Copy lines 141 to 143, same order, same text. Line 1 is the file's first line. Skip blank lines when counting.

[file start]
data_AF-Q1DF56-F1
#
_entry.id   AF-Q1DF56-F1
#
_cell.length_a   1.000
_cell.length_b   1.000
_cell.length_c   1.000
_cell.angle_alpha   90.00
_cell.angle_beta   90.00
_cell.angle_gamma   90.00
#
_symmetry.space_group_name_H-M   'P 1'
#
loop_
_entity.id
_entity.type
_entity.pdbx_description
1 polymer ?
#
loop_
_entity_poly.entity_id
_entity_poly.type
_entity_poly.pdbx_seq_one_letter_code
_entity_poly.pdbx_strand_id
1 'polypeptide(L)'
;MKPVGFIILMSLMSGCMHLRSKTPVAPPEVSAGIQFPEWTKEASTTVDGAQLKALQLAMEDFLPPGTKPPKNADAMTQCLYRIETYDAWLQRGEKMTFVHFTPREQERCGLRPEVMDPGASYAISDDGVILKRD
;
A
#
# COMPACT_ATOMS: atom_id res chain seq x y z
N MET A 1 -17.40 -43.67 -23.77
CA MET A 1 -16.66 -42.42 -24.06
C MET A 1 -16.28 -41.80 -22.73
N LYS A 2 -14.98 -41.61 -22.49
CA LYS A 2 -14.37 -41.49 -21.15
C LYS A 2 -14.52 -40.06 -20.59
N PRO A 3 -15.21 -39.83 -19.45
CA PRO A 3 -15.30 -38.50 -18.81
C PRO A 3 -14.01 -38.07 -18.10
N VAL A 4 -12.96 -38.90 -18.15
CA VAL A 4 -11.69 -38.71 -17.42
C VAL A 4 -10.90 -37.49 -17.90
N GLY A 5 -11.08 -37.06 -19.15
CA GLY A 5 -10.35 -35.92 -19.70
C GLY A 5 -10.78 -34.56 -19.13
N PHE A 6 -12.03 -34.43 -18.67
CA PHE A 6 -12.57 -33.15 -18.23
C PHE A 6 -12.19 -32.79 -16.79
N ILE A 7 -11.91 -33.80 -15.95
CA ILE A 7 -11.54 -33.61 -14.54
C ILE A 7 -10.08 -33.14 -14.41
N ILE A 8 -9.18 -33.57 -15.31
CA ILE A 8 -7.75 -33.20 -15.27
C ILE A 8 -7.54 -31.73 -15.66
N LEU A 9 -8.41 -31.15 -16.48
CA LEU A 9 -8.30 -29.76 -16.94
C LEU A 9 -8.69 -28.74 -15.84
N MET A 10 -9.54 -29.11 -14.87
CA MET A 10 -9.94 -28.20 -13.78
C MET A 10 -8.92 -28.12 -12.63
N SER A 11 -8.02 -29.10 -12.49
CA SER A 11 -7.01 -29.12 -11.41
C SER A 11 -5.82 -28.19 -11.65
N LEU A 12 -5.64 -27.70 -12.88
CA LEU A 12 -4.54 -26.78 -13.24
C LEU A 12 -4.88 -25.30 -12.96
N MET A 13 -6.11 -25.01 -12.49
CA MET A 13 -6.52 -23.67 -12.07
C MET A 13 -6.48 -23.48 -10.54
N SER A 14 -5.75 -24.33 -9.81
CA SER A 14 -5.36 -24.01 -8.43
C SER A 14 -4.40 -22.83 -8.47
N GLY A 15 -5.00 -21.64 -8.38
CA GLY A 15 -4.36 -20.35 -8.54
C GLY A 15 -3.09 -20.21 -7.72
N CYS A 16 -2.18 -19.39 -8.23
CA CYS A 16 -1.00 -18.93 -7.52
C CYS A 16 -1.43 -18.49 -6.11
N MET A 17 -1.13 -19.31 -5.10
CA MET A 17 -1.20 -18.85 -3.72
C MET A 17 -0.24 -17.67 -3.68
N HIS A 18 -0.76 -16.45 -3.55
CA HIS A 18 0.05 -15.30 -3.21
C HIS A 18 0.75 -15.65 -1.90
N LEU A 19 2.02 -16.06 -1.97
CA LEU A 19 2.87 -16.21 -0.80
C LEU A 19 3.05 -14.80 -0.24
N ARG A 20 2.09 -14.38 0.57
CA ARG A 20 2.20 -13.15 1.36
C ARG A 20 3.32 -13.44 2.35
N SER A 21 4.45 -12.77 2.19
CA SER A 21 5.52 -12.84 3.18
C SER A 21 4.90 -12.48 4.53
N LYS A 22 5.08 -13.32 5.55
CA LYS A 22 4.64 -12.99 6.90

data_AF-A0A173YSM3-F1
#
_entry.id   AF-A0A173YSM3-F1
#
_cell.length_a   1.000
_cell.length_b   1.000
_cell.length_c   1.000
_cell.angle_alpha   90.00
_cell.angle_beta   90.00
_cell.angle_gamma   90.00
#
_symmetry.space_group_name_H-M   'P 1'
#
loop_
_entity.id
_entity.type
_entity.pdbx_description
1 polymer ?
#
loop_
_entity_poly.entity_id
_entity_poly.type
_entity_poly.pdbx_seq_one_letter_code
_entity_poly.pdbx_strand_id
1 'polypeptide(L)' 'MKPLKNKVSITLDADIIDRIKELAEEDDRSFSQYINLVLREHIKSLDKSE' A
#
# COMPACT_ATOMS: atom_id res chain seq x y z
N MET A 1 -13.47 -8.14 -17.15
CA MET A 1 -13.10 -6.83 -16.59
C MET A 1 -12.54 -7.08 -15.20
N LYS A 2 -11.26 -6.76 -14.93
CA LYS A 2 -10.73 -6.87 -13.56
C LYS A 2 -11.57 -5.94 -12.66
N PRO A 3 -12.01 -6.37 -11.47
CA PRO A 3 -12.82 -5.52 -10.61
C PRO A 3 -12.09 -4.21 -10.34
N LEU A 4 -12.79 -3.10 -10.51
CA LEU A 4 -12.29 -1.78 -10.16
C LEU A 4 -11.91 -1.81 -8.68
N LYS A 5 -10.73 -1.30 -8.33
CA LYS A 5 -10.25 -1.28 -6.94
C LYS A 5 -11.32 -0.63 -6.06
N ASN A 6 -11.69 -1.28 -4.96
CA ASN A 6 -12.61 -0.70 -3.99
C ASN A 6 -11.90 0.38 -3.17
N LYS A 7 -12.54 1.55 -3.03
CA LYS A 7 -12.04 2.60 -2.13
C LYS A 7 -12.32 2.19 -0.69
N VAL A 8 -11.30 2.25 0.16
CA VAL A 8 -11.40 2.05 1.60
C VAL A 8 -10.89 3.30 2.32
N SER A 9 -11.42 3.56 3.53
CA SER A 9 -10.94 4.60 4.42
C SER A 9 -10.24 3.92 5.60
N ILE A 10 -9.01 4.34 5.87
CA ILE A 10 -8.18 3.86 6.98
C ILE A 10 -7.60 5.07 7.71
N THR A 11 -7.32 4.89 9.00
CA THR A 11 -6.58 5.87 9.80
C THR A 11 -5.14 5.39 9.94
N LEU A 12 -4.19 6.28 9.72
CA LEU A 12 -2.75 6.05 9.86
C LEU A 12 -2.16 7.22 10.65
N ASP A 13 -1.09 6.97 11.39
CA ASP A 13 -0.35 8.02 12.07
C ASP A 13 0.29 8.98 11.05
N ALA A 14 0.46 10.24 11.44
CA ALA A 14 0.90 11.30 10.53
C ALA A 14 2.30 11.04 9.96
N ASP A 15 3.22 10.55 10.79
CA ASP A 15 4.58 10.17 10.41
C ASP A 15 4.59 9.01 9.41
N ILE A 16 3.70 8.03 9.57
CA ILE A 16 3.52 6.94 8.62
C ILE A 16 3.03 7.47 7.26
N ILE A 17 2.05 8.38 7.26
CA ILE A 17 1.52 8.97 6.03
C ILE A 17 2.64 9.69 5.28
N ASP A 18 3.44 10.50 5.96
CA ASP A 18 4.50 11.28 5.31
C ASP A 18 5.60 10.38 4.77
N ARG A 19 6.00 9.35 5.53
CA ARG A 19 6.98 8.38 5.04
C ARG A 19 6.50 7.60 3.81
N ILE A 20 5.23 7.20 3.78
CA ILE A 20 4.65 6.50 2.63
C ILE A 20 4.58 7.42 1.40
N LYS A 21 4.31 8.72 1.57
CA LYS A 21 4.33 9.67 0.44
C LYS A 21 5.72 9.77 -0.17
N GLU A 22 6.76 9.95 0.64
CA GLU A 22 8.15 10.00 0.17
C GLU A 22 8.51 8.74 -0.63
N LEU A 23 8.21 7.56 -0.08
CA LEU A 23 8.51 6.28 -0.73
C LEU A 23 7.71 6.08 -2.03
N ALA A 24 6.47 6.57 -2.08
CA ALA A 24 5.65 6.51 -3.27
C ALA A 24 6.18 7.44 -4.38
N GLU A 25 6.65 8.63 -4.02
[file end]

N LYS A 7 -12.54 1.55 -3.03
CA LYS A 7 -12.04 2.60 -2.13
C LYS A 7 -12.32 2.19 -0.69